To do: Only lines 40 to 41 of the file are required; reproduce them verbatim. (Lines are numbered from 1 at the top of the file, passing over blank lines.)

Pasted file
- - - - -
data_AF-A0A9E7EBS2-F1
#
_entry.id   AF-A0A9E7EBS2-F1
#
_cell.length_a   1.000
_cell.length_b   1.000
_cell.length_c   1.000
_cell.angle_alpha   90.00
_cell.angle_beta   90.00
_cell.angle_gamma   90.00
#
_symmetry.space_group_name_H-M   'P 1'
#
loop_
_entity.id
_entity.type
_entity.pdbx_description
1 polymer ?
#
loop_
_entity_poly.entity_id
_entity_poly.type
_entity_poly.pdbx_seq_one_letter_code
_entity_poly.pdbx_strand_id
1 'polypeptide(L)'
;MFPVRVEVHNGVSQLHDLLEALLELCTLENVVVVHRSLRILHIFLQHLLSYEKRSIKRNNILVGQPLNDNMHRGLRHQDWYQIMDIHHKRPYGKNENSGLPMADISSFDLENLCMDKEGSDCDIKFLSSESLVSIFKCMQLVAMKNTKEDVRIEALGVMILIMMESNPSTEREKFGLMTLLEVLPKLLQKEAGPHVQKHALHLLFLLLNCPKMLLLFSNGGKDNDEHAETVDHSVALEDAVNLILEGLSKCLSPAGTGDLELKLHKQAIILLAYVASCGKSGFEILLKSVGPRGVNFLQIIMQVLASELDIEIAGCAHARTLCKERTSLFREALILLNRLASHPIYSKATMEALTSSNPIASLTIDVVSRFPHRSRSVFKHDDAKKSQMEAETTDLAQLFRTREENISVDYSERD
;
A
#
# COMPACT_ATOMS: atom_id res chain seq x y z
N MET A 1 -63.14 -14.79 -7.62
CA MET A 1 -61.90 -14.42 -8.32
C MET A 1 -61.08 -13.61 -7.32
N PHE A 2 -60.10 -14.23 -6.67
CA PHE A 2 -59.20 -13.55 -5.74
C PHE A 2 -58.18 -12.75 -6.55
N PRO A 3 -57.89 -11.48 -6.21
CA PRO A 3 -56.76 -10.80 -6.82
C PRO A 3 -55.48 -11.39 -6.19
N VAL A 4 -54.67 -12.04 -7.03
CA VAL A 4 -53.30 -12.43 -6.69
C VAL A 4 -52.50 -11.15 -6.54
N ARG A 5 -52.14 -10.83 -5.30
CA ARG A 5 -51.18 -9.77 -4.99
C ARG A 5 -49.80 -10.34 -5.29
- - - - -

N VAL A 4 -54.67 -12.04 -7.03
CA VAL A 4 -53.30 -12.43 -6.69